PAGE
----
"The most glaring characteristic of you is what a loving, caring and attentive father you are," Dr. Phil says. He turns to Tami. "Would you agree with that?"
"Very much so," she replies. "He's an awesome dad."
"Where is the disconnect?" Dr. Phil asks Chris. "For somebody who is such a loving and attentive father to behave in such a reckless way is hard for me to wrap my mind around."
"I don't know. That's what I'm trying to figure out myself," Chris replies.
Dr. Phil addresses Tami. "Where do you come down on this?" he asks. "Is there a point at which you say, 'Enough is enough'?"
"It's been very difficult. It's four times now that he's been arrested. How many times do I forgive?" she asks.
"Do you think that this is a sickness with Chris?" Dr. Phil inquires.
"I don't think he can control it, especially after the last time with our daughter being with him," Tami responds. "I thought that would have put such an impact on him to stop, but it hasn't. He's still doing it."
Tami's mother, Marilyn, shares her thoughts. "As has been stated, he is a wonderful dad," she says of her son-in-law. "But the last two times he was arrested " the one for petty theft " was in the presence of our precious granddaughter, which again, I thought would make him stop. The second time was for trafficking drugs. My opinion is it has now come to the point of danger for my daughter and her children. I cannot tolerate that."
Chris agrees with his mother-in-law's assessment. "My actions have proven that she's right. All the stealing that I've done, I've sworn that I've stopped, and I start again and do it secretly," he says.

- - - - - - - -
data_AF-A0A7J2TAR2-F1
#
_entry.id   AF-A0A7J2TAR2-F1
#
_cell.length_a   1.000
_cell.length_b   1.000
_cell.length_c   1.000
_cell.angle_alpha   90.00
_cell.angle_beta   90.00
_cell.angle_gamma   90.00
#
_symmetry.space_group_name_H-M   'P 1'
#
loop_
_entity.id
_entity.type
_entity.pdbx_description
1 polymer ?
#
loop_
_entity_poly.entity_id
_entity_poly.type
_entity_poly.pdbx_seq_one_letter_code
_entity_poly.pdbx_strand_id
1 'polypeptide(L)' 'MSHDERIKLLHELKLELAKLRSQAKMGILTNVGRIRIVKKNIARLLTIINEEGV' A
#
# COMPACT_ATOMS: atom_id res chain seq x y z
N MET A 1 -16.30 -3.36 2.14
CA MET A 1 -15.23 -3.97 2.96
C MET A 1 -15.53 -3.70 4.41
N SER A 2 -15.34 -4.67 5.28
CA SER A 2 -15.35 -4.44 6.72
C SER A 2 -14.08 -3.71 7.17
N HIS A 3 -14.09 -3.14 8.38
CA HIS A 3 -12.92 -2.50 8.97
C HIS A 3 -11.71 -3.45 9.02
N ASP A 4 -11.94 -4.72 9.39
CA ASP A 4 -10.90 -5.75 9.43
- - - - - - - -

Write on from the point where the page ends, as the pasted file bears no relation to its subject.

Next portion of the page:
A poignant video of Chris and Tami's daughter plays on the large monitor behind Dr. Phil. As Tami reads a letter that Chris has written, the little girl sobs uncontrollably and says, "I want Daddy."
When the taped segment ends, Dr. Phil turns to Chris. "Is she worth the trouble?" he asks.
"Definitely," Chris replies, visibly moved. "There's no doubt in my mind."
"I'm all about accountability. I think people have to own the decisions and choices that they make in life, but sometimes, we get in situations where there are circumstances that can cause us to get where we don't have the ability to choose right," Dr. Phil tells Chris. "There may be things going on with you that make it almost impossible for you to make the right kind of choice."
He introduces Dr. Frank Lawlis, chairman of the Dr. Phil Advisory Board. "I think the impulse that may be related to self-esteem, or even anger about some earlier experience, might be the beginning, but it becomes a brain function at this point," Dr. Lawlis says.
Dr. Phil says that rather than punishing Chris, his behavior needs to be modified. He offers to make resources available if Chris is willing to do the work. Chris gratefully accepts the help.
At the end of the show, Dr. Phil turns to his former guests, Laura and Allen. "What are you going to do about this?" he asks, referring to their lifestyle.
"I'm going to do everything I can to stop, go out and get a regular job, whatever it takes to get this out of my life," Allen says.
Observing that Laura and Allen still have garages and buildings filled with stolen goods at their home, he says, "You've got to start disengaging from this life or you're going to be in serious, serious trouble."